But since moving into the THK Seniors Group Home at Block 94 Pipit Road about two weeks ago, he no longer has to struggle.

The coloured pills for all his illnesses come in prepackaged doses. Some have to be taken before breakfast, after breakfast and after lunch and dinner. All he needs to do is break the seal of the correct pack and consume all the pills in it.

'It is easy to follow which medication to take,' he said.

Mr Ghani is one of the eight elderly people living at the seniors group home, run by the Thye Hua Kwan Moral Society. It was officially opened on Feb 19.

The pilot project brings together seniors with little or no family support. The aim is to let them live independently within the community, instead of being sent to nursing or old folks' homes.

At the group home, eight one-room HDB flats on the seventh storey of Block 94 have been renovated to become more elderly friendly.

Bathroom entrances have been widened and grab bars installed. Each flat - about 33 sq m in size - is partitioned so that three residents can live in them. There is also a television and ceiling fan in each unit.

One of the flats has been converted into an air-conditioned common room, where the walls have been painted in soothing shades of beige and blue.

The residents are encouraged to watch TV, play games and interact with the other residents there. Staff from Thye Hua Kwan have a work station there too.

Sometimes, curious neighbours from other floors who peep in for a look are invited in to see what it is like to live there.

There are now six men and two women living in the group home. Most of them were referred to the home by their medical social workers.

Mr Ghani, who requires a wheelchair to move around, shares his flat with two others.

'It was very quiet on the first day in the flat as we didn't know each other,' he said. But now, he said, all three of them are friends.

He does miss his home in Bishan where he used to live with his daughter, but said he prefers living in the group home.

'There is freedom to do what I like, and I don't feel so alone here,' he said. 'The set-up is like a home, so it is easy to adjust to living here.'

Residents who are more mobile are free to head out of the home during the day.

'But we tell them that they must be back by 10pm,' said Ms Diyana Abu Samah, 40, the home's programme manager.

The residents look out for each other, and if one flatmate is not back by evening, they become worried.

For bachelor Tan Say Wan, 68, the group home is a proper place for him to spend the night. He used to live with his brother in Bedok, but because of space constraints, he often slept in the void deck.

Now, he spends the day walking around the neighbourhood, chatting with neighbours, playing games such as Jenga and watching TV. 'I'm not bored, I am happy here,' he said.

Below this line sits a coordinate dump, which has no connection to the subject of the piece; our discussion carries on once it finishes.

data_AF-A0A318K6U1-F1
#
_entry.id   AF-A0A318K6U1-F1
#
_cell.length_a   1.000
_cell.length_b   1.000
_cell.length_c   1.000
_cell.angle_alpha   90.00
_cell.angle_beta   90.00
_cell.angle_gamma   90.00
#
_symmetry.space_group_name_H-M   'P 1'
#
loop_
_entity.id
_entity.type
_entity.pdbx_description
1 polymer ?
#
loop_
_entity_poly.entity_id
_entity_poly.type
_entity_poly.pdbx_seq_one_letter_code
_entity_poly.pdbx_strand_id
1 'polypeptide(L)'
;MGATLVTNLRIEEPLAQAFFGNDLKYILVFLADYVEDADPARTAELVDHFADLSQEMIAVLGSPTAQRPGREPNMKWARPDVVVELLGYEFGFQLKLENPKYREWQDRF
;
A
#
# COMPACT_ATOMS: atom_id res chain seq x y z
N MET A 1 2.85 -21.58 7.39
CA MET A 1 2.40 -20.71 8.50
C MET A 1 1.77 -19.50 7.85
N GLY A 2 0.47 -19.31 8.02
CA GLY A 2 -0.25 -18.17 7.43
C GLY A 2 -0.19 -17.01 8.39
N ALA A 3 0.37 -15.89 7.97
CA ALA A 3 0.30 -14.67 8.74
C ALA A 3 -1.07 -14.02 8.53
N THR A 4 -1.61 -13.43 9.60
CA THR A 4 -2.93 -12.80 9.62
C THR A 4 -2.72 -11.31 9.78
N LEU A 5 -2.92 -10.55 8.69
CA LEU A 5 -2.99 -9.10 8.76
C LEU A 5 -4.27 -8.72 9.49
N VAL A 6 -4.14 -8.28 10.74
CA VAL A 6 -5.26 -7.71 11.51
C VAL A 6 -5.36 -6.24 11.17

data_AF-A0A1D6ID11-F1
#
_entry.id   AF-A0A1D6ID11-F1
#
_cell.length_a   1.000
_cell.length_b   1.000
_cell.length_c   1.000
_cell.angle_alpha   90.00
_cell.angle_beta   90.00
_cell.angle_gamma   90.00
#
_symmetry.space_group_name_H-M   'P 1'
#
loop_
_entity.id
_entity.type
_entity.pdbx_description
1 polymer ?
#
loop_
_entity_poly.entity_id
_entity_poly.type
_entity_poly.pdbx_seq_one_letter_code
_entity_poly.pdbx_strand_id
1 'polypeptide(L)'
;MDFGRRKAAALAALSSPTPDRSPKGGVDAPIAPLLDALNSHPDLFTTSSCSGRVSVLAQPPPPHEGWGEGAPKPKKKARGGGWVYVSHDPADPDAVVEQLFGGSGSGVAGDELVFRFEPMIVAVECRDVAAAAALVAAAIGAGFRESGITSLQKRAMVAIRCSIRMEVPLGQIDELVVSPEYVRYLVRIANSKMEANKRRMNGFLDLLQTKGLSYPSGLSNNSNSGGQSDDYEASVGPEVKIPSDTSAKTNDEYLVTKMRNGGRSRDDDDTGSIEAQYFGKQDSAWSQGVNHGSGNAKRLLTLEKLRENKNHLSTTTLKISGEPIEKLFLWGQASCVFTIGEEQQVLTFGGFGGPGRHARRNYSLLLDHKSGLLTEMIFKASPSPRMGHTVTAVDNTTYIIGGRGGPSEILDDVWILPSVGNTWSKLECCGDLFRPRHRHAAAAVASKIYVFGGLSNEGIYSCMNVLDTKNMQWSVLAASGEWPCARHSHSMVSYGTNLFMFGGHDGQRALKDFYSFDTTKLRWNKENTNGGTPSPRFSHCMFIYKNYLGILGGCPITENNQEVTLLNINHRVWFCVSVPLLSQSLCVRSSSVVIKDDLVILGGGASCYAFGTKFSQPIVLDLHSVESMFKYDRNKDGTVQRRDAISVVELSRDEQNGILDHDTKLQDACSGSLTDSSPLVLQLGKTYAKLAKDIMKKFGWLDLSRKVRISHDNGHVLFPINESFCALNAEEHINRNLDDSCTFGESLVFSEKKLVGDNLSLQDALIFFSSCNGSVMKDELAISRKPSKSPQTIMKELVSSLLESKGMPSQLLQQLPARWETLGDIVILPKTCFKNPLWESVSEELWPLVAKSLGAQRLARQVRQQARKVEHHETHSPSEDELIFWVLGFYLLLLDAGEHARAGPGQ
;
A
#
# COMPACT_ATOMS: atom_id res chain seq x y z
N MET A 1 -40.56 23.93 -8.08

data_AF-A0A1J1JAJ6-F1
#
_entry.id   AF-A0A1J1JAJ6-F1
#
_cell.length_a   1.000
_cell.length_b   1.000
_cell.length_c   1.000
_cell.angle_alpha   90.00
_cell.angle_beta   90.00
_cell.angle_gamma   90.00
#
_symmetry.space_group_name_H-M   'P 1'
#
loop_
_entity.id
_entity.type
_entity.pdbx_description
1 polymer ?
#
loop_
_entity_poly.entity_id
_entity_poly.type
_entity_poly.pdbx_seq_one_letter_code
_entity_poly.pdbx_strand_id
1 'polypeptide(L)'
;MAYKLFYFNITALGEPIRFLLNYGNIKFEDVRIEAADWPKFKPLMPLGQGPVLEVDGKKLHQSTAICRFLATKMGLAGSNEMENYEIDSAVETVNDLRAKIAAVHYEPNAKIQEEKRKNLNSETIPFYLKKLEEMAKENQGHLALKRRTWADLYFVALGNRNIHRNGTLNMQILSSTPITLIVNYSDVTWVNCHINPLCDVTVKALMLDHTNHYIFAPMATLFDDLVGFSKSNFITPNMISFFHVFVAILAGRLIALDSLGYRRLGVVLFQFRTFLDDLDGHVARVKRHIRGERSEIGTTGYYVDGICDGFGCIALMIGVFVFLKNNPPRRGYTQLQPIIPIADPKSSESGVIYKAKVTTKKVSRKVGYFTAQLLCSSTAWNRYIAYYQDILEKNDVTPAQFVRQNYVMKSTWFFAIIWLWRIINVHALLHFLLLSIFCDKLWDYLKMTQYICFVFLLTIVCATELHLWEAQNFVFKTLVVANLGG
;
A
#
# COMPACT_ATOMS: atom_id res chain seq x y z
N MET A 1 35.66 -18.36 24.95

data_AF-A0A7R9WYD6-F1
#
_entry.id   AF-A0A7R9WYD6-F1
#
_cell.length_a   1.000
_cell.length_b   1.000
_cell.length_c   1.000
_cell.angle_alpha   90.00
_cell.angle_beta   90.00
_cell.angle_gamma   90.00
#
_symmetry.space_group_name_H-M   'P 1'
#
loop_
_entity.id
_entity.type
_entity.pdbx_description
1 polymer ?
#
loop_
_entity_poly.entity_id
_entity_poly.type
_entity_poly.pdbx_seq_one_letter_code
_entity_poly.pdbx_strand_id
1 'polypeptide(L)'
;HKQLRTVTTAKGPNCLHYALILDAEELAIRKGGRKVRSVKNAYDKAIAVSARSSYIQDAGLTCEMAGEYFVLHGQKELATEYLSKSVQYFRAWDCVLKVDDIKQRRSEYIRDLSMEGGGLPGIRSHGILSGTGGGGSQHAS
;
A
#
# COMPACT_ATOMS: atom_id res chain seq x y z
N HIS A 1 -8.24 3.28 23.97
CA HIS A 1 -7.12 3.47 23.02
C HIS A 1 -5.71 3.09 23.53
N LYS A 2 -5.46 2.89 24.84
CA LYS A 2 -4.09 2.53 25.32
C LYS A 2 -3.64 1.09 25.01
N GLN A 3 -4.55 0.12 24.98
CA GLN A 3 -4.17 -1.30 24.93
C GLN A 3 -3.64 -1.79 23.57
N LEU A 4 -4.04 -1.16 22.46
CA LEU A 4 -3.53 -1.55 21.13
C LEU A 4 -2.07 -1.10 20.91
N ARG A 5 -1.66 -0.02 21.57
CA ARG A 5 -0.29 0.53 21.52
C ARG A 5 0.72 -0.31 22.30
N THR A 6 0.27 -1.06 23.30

Thye Hwa Kuan's executive director, Mr S. Tiwari, said there have been at least five inquiries a week from medical social workers about the group home since its opening.

Priority is given to seniors with little or no support, and those who are on public assistance. Elderly people who are frail and require medical attention, but are still fairly independent, are also accepted.

It costs $50 a month for the seniors to live here.

Another cluster of senior group homes will be launched in Henderson later this year. It will be managed by NTUC Eldercare.

The idea for group housing for the elderly in Singapore came after the Ministerial Committee on Ageing visited similar facilities in Britain and the Netherlands.

Ms Susana Harding, director of the International Longevity Centre Singapore, an initiative of Tsao Foundation, believes that the group elder home concept will take off in Singapore.

'Most elderly people want to continue living in the community rather than in nursing homes,' she said. 'It will ensure that those without families and are frail will have some immediate support, and they can look after each other for company.'

Dr Lily Neo, an advocate for the elderly and MP for Tanjong Pagar, said the concept for senior group housing 'sounds good'.

But she was worried that the residents may not get along with each other.

Ms Harding acknowledged that relationship problems are not uncommon. 'What could also help a lot in ensuring that problems are nipped in the bud or avoided is to involve the older people themselves in this initiative.'

For now, Dr Neo's fears are unfounded. Mr Tiwari said the case manager will mediate disputes.

'If that doesn't work, we will move the resident to another flat. But so far, we have not had such problems.'